Roles of molecular chaperones in protein misfolding diseases

José M. Barral, Sarah A. Broadley, Gregor Schaffar, F. Ulrich Hartl

Research output: Contribution to journalReview articlepeer-review

237 Scopus citations

Abstract

Human misfolding diseases result from the failure of proteins to reach their active state or from the accumulation of aberrantly folded proteins. The mechanisms by which molecular chaperones influence the development of these diseases is beginning to be understood. Mutations that compromise the activity of chaperones lead to several rare syndromes. In contrast, the more frequent amyloid-related neurodegenerative diseases are caused by a gain of toxic function of misfolded proteins. Toxicity in these disorders may result from an imbalance between normal chaperone capacity and production of dangerous protein species. Increased chaperone expression can suppress the neurotoxicity of these molecules, suggesting possible therapeutic strategies.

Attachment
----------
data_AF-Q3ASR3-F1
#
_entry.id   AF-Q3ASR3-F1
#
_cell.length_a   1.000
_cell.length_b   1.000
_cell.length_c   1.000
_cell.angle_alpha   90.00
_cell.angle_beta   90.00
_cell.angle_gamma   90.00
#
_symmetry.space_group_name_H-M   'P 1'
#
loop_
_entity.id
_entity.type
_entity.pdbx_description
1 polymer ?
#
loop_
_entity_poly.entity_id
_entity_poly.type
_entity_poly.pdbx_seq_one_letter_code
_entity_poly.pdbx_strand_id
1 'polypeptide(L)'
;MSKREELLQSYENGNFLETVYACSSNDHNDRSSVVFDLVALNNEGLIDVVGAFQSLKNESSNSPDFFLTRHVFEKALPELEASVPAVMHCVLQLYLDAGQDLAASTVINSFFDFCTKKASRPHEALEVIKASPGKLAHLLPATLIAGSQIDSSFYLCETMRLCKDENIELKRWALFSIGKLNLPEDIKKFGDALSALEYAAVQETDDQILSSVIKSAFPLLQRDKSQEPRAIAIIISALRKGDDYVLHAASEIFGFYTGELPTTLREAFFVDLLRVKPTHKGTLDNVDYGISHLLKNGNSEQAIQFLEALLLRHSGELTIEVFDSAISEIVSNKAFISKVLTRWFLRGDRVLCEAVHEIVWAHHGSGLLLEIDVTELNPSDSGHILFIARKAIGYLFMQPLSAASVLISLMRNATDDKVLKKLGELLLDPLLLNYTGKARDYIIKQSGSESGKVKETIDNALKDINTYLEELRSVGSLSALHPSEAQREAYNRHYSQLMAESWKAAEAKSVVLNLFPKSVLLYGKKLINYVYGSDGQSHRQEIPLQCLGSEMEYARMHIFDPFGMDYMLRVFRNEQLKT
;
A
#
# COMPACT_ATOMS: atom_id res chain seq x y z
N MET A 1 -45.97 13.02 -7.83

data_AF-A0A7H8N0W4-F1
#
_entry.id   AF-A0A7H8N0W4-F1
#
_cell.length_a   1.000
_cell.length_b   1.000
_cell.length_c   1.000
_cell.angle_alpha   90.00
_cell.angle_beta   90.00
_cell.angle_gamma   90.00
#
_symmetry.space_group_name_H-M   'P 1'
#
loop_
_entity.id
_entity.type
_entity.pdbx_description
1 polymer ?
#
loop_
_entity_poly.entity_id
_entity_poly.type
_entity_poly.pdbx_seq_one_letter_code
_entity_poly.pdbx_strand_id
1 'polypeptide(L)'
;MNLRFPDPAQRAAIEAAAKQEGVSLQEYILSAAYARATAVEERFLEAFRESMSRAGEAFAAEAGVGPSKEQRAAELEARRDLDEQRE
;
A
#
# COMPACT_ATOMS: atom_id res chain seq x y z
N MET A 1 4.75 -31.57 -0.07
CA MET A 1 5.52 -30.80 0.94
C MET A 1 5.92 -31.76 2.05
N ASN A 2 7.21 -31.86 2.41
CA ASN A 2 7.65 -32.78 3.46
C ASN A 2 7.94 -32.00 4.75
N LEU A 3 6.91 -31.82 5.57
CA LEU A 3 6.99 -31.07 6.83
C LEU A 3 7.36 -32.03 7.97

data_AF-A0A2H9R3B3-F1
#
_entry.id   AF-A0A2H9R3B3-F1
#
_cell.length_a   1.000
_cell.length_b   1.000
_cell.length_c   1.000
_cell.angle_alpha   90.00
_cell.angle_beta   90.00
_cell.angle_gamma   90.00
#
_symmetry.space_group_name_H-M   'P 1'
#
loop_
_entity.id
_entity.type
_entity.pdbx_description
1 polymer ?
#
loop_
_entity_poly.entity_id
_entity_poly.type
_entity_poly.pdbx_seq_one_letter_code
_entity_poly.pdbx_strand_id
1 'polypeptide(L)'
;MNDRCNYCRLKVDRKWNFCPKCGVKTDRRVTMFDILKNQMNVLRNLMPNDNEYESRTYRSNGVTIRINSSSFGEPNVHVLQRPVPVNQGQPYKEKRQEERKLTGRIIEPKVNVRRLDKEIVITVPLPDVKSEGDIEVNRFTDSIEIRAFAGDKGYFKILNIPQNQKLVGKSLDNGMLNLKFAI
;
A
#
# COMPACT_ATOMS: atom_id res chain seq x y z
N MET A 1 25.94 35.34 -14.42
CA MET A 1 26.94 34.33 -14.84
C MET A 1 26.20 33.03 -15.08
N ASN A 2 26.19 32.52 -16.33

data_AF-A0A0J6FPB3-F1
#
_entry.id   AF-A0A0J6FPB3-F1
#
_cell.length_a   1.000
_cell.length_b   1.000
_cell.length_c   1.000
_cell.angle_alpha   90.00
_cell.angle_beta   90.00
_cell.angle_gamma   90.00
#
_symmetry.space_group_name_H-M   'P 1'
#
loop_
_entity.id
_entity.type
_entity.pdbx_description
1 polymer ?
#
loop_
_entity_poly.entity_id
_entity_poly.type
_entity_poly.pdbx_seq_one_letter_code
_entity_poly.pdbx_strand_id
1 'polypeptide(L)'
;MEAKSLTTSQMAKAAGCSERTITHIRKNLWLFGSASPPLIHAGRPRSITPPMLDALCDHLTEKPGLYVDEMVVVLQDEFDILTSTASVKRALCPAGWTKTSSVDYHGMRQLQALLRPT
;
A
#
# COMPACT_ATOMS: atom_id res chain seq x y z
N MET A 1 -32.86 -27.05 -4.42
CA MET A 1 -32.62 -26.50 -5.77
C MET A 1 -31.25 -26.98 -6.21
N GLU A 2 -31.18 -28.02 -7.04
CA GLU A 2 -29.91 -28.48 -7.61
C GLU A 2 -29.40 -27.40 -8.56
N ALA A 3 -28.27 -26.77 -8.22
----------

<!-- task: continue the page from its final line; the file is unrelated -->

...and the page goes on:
Original languageEnglish (US)
Pages (from-to)17-29
Number of pages13
JournalSeminars in Cell and Developmental Biology
Volume15
Issue number1
DOIs
StatePublished - Feb 2004
Externally publishedYes

Keywords

  • Amyloid
  • Misfolding diseases
  • Molecular chaperones
  • Polyglutamine diseases
  • Ubiquitin-proteasome system

ASJC Scopus subject areas

  • Developmental Biology
  • Cell Biology

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